The coverage of on-going injuries is typically negative from the press, fans, the team and the club. Instead there must be understanding, compassion and encouragement. The right conditions for recovery must be created, easing the pressure off the player so that he or she can truly focus on their job of the moment, getting better. So, well done Dave Attwood and The Guardian for raising the issue, another example of chronic pain in society. It is time for change.


  • Pain Coach Programme — for players suffering persistent or recurring injuries and pain
  • Pain Coach Mentoring & Workshops for clinicians and therapists who want to build their skills and knowledge in chronic pain
  • Pain Coach Workshops for medical teams

t. 07518 445493 or e. [email protected]

Richmond M. Stace MSc (Pain) BSc Phty BSc (Hons) PGDN | Specialist Pain Physiotherapist, Pain Coach, Clinical Lecturer (MSc Sports Medicine @ Queen Mary’s University London) & Entrepaineur. 

Blended with my clinical work and workshops is the Understand Pain social enterprise that has the purpose of driving social change with regards pain, the number one global health burden.

30Sep/12

Why does my knee hurt when I run?

The success of the London 2012 Olympics has had a huge impact upon society including the greater participation in sporting activities. This is a truly vital legacy and we must seek to pervade this healthy mindset to all corners of the country and across all the age ranges to optimise the benefits.

Those seeking immediate gratification will have pulled out the old trainers, dusted off the bike in the shed or grabbed the shorts (or briefs) and visited the local pool – see Get Active London. This is indeed a welcome shift towards more active lifestyles at a time when we have increasing understanding of the benefits of regular exercise for both body and brain.

Turning our attention to a consequence of either taking up running for the first time or re-starting having had a break, inspired by the mighty achievements of our athletes, there can be a few aches and pains in the knees. Sometimes the onset will be quick and at other times gradual. I will look briefly at why this can happen, remembering that when you increase your level of exercising it is usually quite normal for there to be some pain afterward. If you are unsure it is advisable that you seek the opinion of your local health professional as soon as possible so that the correct treatment and management is started.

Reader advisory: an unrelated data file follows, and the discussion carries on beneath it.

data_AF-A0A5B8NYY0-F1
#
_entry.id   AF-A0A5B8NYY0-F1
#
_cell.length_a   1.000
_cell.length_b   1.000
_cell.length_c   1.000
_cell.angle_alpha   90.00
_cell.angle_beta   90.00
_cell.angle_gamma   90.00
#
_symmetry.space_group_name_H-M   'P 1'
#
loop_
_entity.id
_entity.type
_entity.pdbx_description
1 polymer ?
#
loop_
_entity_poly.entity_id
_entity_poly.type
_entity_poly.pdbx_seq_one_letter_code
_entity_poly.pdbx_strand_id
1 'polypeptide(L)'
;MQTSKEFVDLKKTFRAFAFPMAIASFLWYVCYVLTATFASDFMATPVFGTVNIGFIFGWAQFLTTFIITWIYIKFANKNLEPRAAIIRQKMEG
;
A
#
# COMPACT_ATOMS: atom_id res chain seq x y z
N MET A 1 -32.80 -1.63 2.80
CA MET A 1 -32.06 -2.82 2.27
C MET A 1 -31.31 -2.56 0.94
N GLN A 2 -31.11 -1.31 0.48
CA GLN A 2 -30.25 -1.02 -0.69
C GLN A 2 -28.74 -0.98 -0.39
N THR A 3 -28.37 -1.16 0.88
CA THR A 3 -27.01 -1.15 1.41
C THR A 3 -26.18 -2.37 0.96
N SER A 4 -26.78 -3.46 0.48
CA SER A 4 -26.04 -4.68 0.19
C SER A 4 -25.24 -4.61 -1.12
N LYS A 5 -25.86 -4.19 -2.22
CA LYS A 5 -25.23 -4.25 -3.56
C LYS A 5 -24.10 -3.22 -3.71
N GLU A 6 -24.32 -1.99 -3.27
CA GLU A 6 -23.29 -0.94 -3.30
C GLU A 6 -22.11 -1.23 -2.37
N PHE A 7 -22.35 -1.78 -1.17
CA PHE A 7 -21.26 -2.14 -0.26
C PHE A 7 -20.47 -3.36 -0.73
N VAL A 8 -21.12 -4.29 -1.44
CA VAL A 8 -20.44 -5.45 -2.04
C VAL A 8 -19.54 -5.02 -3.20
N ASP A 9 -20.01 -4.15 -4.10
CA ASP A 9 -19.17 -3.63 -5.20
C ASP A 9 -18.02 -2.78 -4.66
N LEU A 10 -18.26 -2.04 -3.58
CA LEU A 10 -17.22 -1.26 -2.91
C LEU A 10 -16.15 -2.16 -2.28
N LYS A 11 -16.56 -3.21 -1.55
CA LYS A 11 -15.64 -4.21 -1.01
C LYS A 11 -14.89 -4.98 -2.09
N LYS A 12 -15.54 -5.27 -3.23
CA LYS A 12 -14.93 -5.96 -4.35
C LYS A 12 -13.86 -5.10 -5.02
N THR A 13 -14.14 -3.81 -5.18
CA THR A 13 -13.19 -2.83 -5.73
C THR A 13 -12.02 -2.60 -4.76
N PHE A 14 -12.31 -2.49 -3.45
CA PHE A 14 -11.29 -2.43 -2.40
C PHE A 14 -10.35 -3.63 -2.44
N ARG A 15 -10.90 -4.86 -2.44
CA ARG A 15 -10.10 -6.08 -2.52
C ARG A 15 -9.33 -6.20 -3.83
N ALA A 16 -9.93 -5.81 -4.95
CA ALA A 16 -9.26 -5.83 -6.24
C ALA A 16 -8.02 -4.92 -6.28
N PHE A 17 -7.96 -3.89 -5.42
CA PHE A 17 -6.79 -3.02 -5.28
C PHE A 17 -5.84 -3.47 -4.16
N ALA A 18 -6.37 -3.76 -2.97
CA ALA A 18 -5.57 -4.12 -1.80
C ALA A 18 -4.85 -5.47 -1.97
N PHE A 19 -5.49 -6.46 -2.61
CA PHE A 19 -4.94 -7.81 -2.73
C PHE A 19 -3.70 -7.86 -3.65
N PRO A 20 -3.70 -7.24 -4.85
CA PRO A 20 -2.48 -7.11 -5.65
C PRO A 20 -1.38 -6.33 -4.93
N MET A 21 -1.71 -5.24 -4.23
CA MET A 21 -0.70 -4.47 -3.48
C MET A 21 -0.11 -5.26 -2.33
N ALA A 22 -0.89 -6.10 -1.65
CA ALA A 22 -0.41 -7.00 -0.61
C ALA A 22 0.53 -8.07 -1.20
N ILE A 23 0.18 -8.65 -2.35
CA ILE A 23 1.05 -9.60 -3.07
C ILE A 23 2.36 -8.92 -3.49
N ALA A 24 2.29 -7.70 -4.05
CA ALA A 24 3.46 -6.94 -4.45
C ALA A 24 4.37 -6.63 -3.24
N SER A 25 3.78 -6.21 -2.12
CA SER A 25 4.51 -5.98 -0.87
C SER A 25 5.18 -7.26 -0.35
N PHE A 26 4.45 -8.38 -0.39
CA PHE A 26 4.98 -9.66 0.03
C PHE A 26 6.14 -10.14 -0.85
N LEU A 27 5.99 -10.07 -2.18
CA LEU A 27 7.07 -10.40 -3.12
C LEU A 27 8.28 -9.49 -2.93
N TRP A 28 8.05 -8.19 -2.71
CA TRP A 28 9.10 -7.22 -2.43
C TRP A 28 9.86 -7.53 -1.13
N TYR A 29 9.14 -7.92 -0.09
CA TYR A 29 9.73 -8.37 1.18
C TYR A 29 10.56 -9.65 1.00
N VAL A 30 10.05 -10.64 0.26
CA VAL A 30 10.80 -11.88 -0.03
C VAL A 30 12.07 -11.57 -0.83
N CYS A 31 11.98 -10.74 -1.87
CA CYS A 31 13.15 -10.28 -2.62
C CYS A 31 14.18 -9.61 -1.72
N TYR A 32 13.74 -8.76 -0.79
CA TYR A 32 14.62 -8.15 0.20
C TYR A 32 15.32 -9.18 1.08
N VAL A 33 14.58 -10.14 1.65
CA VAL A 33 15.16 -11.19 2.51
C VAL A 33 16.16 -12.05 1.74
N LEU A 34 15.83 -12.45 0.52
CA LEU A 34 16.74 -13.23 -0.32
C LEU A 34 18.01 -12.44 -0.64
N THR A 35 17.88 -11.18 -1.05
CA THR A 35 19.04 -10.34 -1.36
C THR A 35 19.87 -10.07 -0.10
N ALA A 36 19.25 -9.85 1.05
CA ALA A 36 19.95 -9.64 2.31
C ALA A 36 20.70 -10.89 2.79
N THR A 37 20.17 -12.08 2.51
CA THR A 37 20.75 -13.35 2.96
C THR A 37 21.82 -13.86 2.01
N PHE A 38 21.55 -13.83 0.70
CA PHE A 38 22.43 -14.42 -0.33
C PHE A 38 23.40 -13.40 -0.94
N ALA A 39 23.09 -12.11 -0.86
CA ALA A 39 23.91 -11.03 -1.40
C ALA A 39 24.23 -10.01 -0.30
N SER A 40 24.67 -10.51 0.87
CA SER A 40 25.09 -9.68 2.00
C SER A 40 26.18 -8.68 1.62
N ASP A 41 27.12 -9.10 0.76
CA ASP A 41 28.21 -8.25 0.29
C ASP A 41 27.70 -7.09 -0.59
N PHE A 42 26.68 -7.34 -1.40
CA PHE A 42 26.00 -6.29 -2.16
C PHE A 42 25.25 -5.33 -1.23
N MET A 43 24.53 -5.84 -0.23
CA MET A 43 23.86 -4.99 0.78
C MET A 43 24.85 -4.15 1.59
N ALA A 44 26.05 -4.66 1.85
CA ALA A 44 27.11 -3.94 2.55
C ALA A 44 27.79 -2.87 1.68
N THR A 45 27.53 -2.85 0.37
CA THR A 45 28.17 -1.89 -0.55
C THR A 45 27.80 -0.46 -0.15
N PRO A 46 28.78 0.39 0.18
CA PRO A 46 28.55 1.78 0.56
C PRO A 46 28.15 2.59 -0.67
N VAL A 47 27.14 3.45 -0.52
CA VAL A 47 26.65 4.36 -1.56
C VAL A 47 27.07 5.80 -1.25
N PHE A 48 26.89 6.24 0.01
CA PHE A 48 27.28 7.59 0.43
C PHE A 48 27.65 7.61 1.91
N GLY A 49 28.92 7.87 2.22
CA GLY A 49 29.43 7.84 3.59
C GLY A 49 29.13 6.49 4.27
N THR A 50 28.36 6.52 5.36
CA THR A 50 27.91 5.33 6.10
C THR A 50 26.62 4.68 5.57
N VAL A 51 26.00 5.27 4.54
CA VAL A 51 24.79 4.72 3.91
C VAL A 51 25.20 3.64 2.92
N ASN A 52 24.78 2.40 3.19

Training methods

A sudden change in the demands upon our joints, particularly the knees in running due to the impact, can trigger local sensitivity in the joint and surrounding tissues. We should think carefully about the baseline, or start point from where the programme can be progressed. Too much too soon will hurt and especially if there is not adequate time between exercising bouts for a good level of recovery in the early stages. It may not be the first time out but the second or third that the pain begins.

The shoes that are used are vital. You do not have to spend a small fortune on the latest running kit but it is sensible to have a good trainer that is suitable for your foot type and provides the right kind of support. If you have pulled out an old, smelly pair of runners from under the stairs, you may have problems. Make a visit to a good quality running shop, for example Run & Become.

Where you decide to go running will determine the loading upon the joints. Start easily and gradually build up the time and speed, thinking about where you are training. Up and down hills and uneven grouns will pose more of a challenge of course.

Old injuries

If you have had a problem with your knees before, re-starting running could re-ignite the pain. It is not totally out of the question to take up running again, but you should ensure that the motor control, movement and proprioception is adequate and then gradually build the intensity. It will be best to seek advice in this case as there maybe some essential rehabilitation training that is required before starting the running programme.

++++++